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2007 3FF1
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0000 0000 30FF 0001 0086 0002 0185 0003 0004 0005 0006 1683 0186 0188 1283
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0007 3081 0008 0088
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0009 0009 000A 000B 000C 3003 3EFF 1D03 280A
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000D 1508 000E 1908 000F 280E 0010 0011 0012 0013 1683 0909 1283 0086
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00016 00001 00002 00151 00017 00018 00019 00020 00021 00022 00023 00024 00025 00026 00027 00028 00029 00030 00031 00032 00033 00034 00035 00036 00037 00038 00039 00040 00041 00042 00043 00044 00045 00046 00047 00048 00049 00050 00051 00052 00053 00054 00055 00056 00057 00058 00059 00060
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INCLUDE p16c711.inc LIST ; P16C711.INC Standard Header File, Version LIST ; Registers
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__CONFIG _CP_OFF&_WDT_OFF&_XT_OSC&_PWRTE_ON PAGE Mainline of ADC 0 0x0FF PORTB PORTA STATUS, RP0 TRISB & 0x07F ADCON1 ^ 0x080 STATUS, RP0 0x081 ADCON0
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org movlw movwf clrf bsf clrf clrf bcf movlw movwf
Turn off Use PORTA
; Have to go ; Set all ; Make RA0 ; Go back to ; Setup ; ; ; CHS1:CHS0 ; Go/_Done ; ADIF - 0 ; ADON - 1
Loop movlw addlw btfss goto bsf btfsc goto bsf comf bcf movwf goto 3 0x0FF STATUS, Z $ - 2 ADCON0, GO ADCON0, GO $ - 1 STATUS, RP0 ADRES, w STATUS, RP0 PORTB Loop ; ; Wait 12 Take One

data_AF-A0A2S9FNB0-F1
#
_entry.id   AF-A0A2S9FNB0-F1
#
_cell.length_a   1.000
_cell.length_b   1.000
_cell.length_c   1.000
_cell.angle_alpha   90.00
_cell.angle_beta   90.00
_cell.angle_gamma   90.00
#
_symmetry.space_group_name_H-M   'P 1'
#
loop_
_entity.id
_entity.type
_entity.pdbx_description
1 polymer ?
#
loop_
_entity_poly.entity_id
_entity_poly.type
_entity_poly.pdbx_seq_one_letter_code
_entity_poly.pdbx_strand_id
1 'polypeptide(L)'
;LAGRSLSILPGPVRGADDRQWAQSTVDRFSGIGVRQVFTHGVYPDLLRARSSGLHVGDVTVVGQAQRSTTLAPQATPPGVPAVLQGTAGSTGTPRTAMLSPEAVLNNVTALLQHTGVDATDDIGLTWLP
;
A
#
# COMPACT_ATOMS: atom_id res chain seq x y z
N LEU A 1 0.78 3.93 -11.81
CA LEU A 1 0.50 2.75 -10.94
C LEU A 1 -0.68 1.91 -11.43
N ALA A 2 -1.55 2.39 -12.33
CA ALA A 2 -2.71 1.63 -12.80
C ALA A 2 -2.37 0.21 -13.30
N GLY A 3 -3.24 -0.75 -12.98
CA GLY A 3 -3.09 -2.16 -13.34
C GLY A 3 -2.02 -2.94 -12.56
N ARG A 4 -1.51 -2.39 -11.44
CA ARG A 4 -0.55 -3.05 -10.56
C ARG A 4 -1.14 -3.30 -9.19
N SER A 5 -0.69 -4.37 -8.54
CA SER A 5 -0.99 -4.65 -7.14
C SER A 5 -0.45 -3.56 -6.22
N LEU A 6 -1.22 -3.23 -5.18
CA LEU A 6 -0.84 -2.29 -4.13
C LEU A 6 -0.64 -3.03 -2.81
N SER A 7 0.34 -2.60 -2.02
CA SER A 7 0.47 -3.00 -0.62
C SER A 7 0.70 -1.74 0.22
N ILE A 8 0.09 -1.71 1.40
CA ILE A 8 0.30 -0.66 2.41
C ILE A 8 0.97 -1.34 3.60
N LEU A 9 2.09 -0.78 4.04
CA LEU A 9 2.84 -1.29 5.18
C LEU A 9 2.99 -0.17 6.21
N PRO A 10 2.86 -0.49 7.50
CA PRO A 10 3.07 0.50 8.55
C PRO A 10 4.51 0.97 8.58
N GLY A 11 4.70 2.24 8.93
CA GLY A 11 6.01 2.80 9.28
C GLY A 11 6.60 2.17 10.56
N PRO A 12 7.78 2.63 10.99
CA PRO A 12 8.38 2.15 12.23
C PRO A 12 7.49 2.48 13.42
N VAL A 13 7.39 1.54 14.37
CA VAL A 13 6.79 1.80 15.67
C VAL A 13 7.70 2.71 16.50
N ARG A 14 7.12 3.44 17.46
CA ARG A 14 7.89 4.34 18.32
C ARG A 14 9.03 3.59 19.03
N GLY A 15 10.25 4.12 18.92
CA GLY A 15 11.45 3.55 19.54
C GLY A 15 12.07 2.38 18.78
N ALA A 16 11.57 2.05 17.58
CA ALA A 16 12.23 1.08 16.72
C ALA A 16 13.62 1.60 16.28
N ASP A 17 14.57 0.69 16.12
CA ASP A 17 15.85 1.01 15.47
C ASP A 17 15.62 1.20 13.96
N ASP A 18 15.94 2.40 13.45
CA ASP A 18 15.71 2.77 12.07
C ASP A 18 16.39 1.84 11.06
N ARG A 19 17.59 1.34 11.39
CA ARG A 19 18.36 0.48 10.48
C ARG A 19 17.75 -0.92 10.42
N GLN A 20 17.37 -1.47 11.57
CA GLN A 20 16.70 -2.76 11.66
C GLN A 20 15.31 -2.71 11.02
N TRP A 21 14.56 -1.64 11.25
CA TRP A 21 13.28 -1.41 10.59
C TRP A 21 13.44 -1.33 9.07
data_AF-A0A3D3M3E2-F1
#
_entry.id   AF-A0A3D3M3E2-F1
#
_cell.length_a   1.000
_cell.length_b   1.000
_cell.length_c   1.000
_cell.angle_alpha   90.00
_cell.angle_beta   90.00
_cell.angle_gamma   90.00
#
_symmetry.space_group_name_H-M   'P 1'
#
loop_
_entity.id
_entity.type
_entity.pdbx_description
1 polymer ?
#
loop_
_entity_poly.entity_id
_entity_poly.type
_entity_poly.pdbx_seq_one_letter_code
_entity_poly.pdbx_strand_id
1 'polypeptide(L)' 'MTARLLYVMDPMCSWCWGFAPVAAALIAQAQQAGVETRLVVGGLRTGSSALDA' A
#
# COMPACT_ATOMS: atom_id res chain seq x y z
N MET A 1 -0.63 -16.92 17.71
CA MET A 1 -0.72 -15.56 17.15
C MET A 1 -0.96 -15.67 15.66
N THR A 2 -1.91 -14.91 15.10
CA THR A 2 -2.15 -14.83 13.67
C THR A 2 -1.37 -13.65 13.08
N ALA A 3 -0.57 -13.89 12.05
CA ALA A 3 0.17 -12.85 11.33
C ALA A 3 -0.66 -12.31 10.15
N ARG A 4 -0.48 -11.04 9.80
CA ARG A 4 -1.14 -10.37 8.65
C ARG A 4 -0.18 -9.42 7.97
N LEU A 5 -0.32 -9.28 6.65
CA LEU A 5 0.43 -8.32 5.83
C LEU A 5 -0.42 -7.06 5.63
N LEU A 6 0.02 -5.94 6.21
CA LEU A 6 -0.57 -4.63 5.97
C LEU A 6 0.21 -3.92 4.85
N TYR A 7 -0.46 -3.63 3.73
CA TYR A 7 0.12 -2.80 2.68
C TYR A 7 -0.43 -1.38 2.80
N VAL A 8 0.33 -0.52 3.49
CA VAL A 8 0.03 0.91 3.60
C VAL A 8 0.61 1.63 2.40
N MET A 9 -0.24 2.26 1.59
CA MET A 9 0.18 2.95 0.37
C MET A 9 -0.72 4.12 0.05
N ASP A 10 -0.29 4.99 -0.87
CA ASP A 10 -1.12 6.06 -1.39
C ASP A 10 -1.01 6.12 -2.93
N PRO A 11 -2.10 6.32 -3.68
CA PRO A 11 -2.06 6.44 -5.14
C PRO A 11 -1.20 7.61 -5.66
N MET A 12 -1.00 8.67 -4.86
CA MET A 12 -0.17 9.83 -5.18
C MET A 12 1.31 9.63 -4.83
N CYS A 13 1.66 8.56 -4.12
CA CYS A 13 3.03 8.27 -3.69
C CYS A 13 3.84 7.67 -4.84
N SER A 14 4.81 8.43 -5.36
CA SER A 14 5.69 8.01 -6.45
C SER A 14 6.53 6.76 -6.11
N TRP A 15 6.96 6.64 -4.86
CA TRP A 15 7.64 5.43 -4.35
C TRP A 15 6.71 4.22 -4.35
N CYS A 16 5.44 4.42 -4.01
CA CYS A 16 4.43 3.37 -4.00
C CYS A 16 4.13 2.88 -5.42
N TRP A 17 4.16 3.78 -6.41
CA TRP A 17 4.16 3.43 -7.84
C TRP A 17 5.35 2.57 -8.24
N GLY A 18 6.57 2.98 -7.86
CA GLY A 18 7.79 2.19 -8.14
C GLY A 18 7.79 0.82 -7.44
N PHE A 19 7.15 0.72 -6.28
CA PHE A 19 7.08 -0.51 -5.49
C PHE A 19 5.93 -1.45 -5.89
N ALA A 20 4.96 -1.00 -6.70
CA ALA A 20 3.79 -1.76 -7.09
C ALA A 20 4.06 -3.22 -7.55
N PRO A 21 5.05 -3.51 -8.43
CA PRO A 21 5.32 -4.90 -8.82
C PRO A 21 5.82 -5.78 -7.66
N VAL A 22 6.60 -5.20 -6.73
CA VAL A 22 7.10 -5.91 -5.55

Turn on Wait for
Get the
MICROCHIP MPLAB IDE
00061 00062 00063 SYMBOL TABLE LABEL ADCON0 ADCON1 ADCS0 ADCS1 ADIE ADIF ADON ADRES C CHS0 CHS1 DC F FSR GIE GO GO_DONE INDF INTCON INTE INTEDG INTF IRP Loop NOT_BO NOT_BOR NOT_DONE NOT_PD NOT_POR NOT_RBPU NOT_TO OPTION_REG PCFG0 PCFG1 PCL PCLATH PCON PORTA PORTB PS0 PS1
VALUE 00000008 00000088 00000006 00000007 00000006 00000001 00000000 00000009 00000000 00000003 00000004 00000001 00000001 00000004 00000007 00000002 00000002 00000000 0000000B 00000004 00000006 00000001 00000007 00000009 00000000 00000000 00000002 00000003 00000001 00000007 00000004 00000081 00000000 00000001 00000002 0000000A 00000087 00000005 00000006 00000000 00000001
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PS2 PSA RBIE RBIF RP0 RP1 STATUS T0CS T0IE T0IF T0SE TMR0 TRISA TRISB W Z _BODEN_OFF _BODEN_ON _CP_OFF _CP_ON _HS_OSC _LP_OSC _PWRTE_OFF _PWRTE_ON _RC_OSC _WDT_OFF _WDT_ON _XT_OSC __16C711 MEMORY USAGE MAP ( X = Used,